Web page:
You can complain about the refereeing, which was pretty awful on both sides of the ball, all you want. You can complain about the turf, which had its terror shows on both sides of the ball, all you want. But in the end, Colorado's 2-0 loss to the Seattle Sounders came down to two immensely confusing maneuvers from Oscar Pareja. I made it very clear prior to this match that Oscar Pareja would not win if he decided to sit back on the attacking side of the ball, and put in a more defensive and conservative group of players. He did just that by having Harris and Shane O'Neill together on the right side of the field.
Gabriel Torres and Martin Rivero both seemed a step slower than usual while playing on the turf field, and with those guys playing a step off and Harris doing nothing in particular on the other side of the field, the Sounders were able to replicate their double-coverage of Brown from the last time the Rapids traveled to Seattle. As such, the offense was about as lifeless and unable to create as it had been all season.
On the other side, the defending was mostly of the emergency variety as the Sounders midfield stomped and romped all over the Rapids defense. German Mera seemed three steps behind everyone else on the field while making his first real appearance for the Rapids in ages. Chris Klute also had one of his worst games ever, constantly failing to move the ball up the field, losing possession, and turning the ball over on throw-ins. Eventually, the Sounders earned a deserved goal when Brad Evans was left alone in the 18-yard-box.
Oscar Pareja left Atiba Harris on in the second half, and made no halftime substitutes. That went about as well as you would expect. The worst part for Pareja wasn't just that, though. When he finally brought on Vicente Sanchez, he brought him on for Martin Rivero, who had been Colorado's only real attacking outlet in the first half. When he brought on Edson Buddle, it was for Deshorn Brown, who was decent enough when he was actually given space and time. Harris played the full 90 minutes, and contributed essentially nothing as Vicente turned the game around.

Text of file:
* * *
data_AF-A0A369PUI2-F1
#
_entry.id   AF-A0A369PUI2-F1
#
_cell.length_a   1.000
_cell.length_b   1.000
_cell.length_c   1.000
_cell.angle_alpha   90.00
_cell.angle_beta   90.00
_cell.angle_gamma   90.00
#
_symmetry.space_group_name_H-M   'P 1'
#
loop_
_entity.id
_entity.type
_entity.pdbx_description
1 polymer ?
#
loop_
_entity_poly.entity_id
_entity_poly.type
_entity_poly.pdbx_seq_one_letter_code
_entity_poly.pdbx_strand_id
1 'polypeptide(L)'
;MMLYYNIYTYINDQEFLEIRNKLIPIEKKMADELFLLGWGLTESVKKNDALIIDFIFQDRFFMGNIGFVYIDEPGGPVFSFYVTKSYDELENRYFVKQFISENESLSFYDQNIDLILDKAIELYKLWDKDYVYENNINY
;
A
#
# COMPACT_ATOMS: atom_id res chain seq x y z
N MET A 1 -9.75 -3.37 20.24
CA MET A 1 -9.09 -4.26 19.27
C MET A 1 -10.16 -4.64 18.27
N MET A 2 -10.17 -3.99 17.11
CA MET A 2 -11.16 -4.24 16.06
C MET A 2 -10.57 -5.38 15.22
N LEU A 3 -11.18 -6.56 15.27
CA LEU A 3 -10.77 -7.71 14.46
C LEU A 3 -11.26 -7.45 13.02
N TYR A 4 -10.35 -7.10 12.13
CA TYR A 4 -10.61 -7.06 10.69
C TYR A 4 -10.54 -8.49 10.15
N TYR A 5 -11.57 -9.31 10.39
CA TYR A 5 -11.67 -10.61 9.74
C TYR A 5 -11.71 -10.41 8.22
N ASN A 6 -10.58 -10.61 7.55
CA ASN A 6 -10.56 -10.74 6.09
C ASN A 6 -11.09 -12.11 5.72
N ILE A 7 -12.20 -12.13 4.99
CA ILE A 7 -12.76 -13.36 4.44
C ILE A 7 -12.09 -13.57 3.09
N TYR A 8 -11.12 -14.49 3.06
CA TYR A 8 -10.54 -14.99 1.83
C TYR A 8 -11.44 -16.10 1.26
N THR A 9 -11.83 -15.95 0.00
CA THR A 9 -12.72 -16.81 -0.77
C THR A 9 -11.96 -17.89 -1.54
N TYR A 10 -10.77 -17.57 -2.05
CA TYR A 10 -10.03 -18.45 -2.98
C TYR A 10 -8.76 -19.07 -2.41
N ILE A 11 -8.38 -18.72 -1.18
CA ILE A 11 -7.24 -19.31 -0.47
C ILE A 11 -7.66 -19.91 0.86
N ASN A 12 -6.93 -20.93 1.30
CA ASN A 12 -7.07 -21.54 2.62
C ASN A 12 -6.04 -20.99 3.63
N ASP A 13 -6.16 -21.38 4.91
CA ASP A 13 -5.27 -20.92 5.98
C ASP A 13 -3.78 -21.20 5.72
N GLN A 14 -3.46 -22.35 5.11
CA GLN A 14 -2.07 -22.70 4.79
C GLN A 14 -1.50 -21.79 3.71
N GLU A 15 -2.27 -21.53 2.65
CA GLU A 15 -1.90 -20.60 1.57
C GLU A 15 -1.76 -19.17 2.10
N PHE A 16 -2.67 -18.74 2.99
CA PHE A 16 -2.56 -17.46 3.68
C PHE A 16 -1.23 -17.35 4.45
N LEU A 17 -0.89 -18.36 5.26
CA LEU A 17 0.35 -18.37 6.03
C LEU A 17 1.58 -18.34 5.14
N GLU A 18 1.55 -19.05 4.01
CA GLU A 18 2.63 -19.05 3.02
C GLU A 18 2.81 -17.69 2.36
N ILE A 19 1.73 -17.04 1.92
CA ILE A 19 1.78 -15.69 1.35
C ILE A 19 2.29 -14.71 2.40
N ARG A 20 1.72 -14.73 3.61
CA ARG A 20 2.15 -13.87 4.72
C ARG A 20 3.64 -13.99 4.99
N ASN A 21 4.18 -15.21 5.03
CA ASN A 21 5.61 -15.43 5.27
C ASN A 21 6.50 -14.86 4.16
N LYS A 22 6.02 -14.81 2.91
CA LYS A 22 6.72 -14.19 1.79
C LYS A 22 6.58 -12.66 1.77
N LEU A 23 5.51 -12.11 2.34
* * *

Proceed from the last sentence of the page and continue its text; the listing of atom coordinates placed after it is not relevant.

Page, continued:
Lacking Brown and Rivero may have been what killed them in the end. Micheal Gspurning was called for a handball outside of his own area, and instantly sent off with five minutes remaining. Unfortunately, Colorado had no speed or bite to take advantage of it, and only got a real chance off on the ensuing corner kick. After that, Seattle merely had to boot the ball to Mera or Klute and watch them destroy the Rapids from the inside out. Eventually, Eddie Johnson scored after turnstiling Mera aside, and that was the end of that.
It was a year of growth for everyone, including and especially Oscar Pareja. Hopefully this will turn into one of the biggest learning experiences yet for the second-year man. Until then, let's toast to a far better season than anyone expected and look forward to knocking them dead in 2014.